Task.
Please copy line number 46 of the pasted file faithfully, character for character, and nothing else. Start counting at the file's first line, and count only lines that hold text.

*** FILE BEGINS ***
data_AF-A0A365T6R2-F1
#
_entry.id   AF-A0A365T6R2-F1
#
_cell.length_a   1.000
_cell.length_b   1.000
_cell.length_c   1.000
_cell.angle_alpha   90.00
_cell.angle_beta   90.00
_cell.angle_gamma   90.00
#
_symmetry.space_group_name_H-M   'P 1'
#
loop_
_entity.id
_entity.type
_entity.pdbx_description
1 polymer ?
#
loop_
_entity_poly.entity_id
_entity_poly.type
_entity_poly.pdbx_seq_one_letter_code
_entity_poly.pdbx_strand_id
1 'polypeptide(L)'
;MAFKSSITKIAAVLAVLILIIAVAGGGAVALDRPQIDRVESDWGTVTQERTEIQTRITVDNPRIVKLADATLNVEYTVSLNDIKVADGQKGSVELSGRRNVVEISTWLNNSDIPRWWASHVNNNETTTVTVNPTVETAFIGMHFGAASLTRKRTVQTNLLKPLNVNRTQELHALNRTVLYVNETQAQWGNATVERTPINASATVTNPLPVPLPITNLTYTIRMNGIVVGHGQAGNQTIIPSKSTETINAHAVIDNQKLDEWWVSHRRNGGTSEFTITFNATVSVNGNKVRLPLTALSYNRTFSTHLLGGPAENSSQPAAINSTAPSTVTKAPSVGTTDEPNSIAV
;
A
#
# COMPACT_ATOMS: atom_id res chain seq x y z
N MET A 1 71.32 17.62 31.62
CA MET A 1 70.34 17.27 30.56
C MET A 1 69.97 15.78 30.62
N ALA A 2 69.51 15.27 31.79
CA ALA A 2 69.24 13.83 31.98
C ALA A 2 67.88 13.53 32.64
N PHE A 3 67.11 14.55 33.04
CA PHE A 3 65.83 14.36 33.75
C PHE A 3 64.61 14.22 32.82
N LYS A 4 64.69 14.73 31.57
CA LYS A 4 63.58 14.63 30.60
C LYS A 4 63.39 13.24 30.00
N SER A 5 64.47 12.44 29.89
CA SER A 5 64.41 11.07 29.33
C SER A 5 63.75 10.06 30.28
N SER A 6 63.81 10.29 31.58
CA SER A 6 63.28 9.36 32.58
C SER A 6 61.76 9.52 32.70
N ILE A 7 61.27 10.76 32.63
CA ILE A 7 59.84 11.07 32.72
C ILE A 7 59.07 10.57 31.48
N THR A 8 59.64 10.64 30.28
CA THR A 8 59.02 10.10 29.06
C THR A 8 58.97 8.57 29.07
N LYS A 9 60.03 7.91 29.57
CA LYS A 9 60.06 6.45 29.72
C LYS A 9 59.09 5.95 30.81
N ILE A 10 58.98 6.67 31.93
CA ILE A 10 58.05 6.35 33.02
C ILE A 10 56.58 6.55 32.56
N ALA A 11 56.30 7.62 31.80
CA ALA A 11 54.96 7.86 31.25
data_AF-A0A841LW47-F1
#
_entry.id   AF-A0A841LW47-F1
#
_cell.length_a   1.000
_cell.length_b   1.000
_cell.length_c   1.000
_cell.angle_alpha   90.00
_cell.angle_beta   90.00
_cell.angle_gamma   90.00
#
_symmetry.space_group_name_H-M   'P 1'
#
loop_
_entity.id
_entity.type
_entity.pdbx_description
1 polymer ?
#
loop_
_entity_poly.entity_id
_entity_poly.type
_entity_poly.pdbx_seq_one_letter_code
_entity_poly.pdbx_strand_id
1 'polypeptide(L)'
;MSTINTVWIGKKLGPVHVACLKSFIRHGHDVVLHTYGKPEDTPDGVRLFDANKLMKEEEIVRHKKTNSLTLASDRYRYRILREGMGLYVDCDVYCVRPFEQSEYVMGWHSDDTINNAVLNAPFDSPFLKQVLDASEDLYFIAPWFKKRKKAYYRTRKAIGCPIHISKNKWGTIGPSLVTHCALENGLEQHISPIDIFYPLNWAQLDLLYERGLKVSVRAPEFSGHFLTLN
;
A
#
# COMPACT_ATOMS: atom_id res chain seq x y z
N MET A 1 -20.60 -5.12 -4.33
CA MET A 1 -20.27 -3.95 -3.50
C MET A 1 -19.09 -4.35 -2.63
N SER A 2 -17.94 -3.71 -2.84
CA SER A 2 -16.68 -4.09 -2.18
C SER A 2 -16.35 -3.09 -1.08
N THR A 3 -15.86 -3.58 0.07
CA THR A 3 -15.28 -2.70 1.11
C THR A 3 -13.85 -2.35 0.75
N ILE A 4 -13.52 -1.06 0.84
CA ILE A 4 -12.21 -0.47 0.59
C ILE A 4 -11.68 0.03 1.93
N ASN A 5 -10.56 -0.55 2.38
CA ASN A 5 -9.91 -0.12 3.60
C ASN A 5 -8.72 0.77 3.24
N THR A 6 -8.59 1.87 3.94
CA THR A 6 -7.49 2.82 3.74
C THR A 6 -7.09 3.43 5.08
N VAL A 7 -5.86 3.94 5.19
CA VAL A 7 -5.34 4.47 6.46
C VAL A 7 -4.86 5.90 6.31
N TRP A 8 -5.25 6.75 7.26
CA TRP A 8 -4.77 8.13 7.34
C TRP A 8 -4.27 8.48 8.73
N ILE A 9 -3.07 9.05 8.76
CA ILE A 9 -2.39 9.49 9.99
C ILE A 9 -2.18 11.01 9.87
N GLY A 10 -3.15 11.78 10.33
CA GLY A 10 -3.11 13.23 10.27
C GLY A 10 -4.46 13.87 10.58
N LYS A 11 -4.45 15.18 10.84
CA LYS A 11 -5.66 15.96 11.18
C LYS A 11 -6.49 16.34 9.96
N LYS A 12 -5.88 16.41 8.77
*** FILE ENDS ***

N SER A 6 63.81 10.29 31.58